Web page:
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Ai Weiwei in Montemor-o-Novo, Portugal, 3 March 2021. (Pedro Nunes/Reuters)

Do artworks need to be patriotic? Hong Kong politicians fight over Ai Weiwei's 'middle finger photograph'

In itself, a subversive artwork by Chinese dissident Ai Weiwei to be shown at Hong Kong’s new M+ museum may not have drawn such attention. But under the shadow of the national security law in Hong Kong and the looming chief executive election, everything is magnified a hundredfold.
Supporters of former US President Donald Trump hold flags and signs near Mar-a-Lago in Palm Beach, Florida, US, on 20 January 2021. (Saul Martinez/Bloomberg)

US Capitol siege: Lessons for China in a post-reality, post-truth era

Deep divisions in the US highlighted by the US presidential election and storming of the Capitol show that we are entering a post-reality, post-truth era. In such a world, closely cocooned online groups perpetuate a self-confirming bias and take fiction for fact. When strident positions are taken offline and “reality” and reality go head to head, is it a tragedy akin to China’s Cultural Revolution waiting to happen?
Carrie Lam, Hong Kong's chief executive, centre, walks in an area under lockdown in the Jordan area of Hong Kong, China, on 23 January 2021. (Paul Yeung/Bloomberg)

The race is on: Picking Hong Kong’s next chief executive

The Hong Kong chief executive elections are still a year away but speculation is rife as to the possible contenders in the race. Tai Hing Shing surveys the field and does not discount incumbent Carrie Lam.
A sign welcoming US President-elect Joe Biden and Vice President-elect Kamala Harris is placed near the US Capitol days after supporters of US President Donald Trump stormed the US Capitol in Washington, US, 10 January 2021. (Joshua Roberts/Reuters)

Can America find its way under Biden?

His divisive ways had earned President Donald Trump the moniker “Trump who builds our nation” amongst Chinese netizens. When President-elect Biden assumes power, will he be straitjacketed by the radical left in his party and be turned unwittingly into another “Biden who builds our nation” to the Chinese? Will America's troubles translate to opportunities for China?
Supporters of U.S. President Donald Trump gather at the west entrance of the Capitol during a "Stop the Steal" protest outside of the Capitol building in Washington D.C., 6 January 2021. (Stephanie Keith/REUTERS)

Capitol siege: Is American democracy doomed?

US academic Zhu Zhiqun gives his take on the future of US leadership and the state of its democracy, making the sad observation that from now on, no one in the world is likely to see, respect, or depend on the US in the same way again. But is American democracy truly doomed?
A supporter of President-elect Joe Biden celebrate his victory in Wilmington, Delaware on 7 November 2020. (Jim Watson/AFP)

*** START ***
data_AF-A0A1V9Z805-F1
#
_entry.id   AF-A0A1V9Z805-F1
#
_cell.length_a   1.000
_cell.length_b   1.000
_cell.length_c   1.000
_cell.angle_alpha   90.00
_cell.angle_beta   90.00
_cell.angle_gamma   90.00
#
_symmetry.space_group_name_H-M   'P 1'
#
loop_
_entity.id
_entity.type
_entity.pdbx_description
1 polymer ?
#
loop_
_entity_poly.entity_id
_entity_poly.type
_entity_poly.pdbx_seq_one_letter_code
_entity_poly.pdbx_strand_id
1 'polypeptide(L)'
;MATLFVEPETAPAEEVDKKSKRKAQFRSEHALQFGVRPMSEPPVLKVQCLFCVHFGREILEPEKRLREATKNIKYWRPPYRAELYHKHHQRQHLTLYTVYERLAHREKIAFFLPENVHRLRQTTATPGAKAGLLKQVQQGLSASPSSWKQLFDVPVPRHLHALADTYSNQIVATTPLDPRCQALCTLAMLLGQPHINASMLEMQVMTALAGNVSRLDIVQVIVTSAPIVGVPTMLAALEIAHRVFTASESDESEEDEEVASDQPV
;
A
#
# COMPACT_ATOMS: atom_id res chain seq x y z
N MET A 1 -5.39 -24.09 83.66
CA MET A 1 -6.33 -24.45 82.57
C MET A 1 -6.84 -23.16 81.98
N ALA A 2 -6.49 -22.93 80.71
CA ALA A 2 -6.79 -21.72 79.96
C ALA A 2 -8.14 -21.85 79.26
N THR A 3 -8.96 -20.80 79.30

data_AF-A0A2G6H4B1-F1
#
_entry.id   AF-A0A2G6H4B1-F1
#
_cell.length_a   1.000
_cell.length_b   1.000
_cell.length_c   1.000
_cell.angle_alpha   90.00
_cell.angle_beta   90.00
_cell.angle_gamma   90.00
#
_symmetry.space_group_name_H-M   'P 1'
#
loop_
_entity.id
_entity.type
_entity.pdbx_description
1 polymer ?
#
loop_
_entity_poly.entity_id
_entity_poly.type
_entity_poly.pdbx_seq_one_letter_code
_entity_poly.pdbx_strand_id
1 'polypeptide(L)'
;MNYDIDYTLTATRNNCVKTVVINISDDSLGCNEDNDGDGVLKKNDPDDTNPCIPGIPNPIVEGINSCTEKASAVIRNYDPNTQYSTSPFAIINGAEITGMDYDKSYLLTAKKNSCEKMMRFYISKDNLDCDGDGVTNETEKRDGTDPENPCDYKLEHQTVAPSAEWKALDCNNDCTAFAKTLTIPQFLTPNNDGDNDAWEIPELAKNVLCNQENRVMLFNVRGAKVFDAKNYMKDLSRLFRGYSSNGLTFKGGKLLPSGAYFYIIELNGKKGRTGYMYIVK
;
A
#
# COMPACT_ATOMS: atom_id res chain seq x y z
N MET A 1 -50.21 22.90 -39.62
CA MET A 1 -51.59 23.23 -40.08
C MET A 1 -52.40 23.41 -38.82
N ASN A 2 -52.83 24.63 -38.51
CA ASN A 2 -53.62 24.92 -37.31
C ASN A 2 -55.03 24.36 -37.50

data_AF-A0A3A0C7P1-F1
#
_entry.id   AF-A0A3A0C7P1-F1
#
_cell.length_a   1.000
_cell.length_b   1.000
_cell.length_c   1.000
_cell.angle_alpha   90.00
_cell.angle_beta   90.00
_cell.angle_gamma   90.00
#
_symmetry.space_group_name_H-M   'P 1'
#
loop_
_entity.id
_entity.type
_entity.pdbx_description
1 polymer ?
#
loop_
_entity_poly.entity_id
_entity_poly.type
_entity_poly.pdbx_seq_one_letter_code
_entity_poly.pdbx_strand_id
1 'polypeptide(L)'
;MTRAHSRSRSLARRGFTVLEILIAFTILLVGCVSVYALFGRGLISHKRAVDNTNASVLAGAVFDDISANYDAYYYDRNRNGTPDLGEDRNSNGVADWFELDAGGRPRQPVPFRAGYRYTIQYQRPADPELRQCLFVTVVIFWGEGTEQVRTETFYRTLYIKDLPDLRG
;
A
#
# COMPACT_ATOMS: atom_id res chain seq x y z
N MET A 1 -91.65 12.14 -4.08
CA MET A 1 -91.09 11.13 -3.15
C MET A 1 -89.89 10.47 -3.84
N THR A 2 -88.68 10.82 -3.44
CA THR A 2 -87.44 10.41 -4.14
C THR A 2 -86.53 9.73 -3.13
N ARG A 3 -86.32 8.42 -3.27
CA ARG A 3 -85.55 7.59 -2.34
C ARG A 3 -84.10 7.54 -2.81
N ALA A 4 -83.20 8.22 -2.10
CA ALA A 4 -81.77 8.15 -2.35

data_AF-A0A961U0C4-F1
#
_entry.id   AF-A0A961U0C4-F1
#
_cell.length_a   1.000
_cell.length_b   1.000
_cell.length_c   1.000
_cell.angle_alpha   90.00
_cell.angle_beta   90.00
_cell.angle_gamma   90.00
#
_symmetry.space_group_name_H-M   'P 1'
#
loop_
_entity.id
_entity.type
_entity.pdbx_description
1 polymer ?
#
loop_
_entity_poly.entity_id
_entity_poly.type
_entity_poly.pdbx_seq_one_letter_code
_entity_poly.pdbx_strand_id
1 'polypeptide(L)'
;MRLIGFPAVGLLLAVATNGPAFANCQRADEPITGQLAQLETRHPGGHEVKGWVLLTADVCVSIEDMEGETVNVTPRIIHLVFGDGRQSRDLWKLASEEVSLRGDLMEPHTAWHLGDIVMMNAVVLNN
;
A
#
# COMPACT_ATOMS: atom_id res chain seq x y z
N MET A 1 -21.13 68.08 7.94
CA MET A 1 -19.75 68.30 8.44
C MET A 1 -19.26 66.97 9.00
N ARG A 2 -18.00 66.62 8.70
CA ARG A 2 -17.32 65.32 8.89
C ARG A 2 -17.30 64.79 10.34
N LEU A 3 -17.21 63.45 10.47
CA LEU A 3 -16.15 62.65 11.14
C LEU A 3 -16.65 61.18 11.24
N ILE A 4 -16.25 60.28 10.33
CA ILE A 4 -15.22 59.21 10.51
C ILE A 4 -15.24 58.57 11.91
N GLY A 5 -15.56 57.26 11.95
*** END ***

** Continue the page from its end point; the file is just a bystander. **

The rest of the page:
Chinese liberal intellectuals divided over Trump and the US elections

Liberal intellectuals in China are not a monolithic group. While the elites within the community once served to moderate divergent views, disagreements laid bare by the recent US elections shows that deeper schisms run deep, especially between those espousing conservative and liberal views.
Protesters rally outside the Georgia State Capitol against the results of the 2020 Presidential election on 21 November 2020 in Atlanta, Georgia. (Elijah Nouvelage/Getty Images/AFP)

The US remains leader and pioneer of civilised societies despite unsettled election

US-based researcher Wei Da notes that many in China believe the US will soon be in chaos following an unsettled 2020 US presidential election. He says that while the election has indeed highlighted the widening chasm in the US between conservatism and liberalism, and brought forth calls for change in the electoral system, the US remains a leader and pioneer in seeking out new and innovative ways to advance civilised societies.
President-elect Joe Biden waves to supporters as he leaves the Queen theater after receiving a briefing from the transition COVID-19 advisory board on 9 November 2020 in Wilmington, Delaware.(Joe Raedle/Getty Images/AFP)

The US is getting old but China is still too green

Zhou Nongjian observes that there was a large slate of older candidates in this year’s US elections including incumbent President Trump who is 74 and President-elect Joe Biden who is 78. It is not an exact science of course, but he notes that this large crop of “oldies” is a metaphor for a greying America, or put bluntly, a country that is fast deteriorating and way past its prime. Notwithstanding, will China be fooled by such a veneer of weakness or stay watchful and humble?
People celebrate at Times Square in New York after Joe Biden was declared winner of the 2020 presidential election on 7 November 2020. (Timothy A. Clary/AFP)

Biden presidency a turning point for China-US relations?

Zaobao correspondent Yu Zeyuan says that while US President-elect Joe Biden will have his hands full with domestic issues when he assumes office, at the very least, his approach to US-China relations will be less antagonistic than that of his predecessor’s. That in itself leaves room for the relationship to move forward from ground zero.